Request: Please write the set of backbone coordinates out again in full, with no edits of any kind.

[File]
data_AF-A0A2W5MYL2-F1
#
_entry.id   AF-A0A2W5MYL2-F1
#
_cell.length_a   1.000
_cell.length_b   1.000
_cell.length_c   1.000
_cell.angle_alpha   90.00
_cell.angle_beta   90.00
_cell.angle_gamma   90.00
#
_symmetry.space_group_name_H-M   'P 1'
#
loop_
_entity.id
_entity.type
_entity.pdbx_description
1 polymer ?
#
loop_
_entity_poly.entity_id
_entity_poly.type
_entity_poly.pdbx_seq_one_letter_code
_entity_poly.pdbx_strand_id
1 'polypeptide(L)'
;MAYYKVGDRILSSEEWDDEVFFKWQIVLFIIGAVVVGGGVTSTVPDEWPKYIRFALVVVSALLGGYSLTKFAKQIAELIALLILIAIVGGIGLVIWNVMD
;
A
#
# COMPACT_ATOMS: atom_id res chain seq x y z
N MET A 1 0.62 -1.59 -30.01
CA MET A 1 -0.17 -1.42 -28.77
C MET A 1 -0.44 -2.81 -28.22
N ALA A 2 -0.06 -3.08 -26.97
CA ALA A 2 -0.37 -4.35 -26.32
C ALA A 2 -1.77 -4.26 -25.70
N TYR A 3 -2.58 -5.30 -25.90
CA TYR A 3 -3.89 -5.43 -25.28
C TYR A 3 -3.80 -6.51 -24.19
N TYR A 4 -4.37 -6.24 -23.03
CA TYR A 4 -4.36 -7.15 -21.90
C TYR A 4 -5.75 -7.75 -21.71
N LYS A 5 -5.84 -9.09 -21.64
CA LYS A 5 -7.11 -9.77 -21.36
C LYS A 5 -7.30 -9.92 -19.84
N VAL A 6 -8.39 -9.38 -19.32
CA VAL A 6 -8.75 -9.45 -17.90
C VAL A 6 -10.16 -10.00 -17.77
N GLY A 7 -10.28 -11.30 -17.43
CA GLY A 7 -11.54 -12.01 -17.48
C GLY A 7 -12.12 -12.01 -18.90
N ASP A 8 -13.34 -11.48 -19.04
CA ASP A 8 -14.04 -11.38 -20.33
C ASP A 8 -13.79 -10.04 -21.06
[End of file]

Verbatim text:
data_AF-A0A2W5MYL2-F1
#
_entry.id   AF-A0A2W5MYL2-F1
#
_cell.length_a   1.000
_cell.length_b   1.000
_cell.length_c   1.000
_cell.angle_alpha   90.00
_cell.angle_beta   90.00
_cell.angle_gamma   90.00
#
_symmetry.space_group_name_H-M   'P 1'
#
loop_
_entity.id
_entity.type
_entity.pdbx_description
1 polymer ?
#
loop_
_entity_poly.entity_id
_entity_poly.type
_entity_poly.pdbx_seq_one_letter_code
_entity_poly.pdbx_strand_id
1 'polypeptide(L)'
;MAYYKVGDRILSSEEWDDEVFFKWQIVLFIIGAVVVGGGVTSTVPDEWPKYIRFALVVVSALLGGYSLTKFAKQIAELIALLILIAIVGGIGLVIWNVMD
;
A
#
# COMPACT_ATOMS: atom_id res chain seq x y z
N MET A 1 0.62 -1.59 -30.01
CA MET A 1 -0.17 -1.42 -28.77
C MET A 1 -0.44 -2.81 -28.22
N ALA A 2 -0.06 -3.08 -26.97
CA ALA A 2 -0.37 -4.35 -26.32
C ALA A 2 -1.77 -4.26 -25.70
N TYR A 3 -2.58 -5.30 -25.90
CA TYR A 3 -3.89 -5.43 -25.28
C TYR A 3 -3.80 -6.51 -24.19
N TYR A 4 -4.37 -6.24 -23.03
CA TYR A 4 -4.36 -7.15 -21.90
C TYR A 4 -5.75 -7.75 -21.71
N LYS A 5 -5.84 -9.09 -21.64
CA LYS A 5 -7.11 -9.77 -21.36
C LYS A 5 -7.30 -9.92 -19.84
N VAL A 6 -8.39 -9.38 -19.32
CA VAL A 6 -8.75 -9.45 -17.90
C VAL A 6 -10.16 -10.00 -17.77
N GLY A 7 -10.28 -11.30 -17.43
CA GLY A 7 -11.54 -12.01 -17.48
C GLY A 7 -12.12 -12.01 -18.90
N ASP A 8 -13.34 -11.48 -19.04
CA ASP A 8 -14.04 -11.38 -20.33
C ASP A 8 -13.79 -10.04 -21.06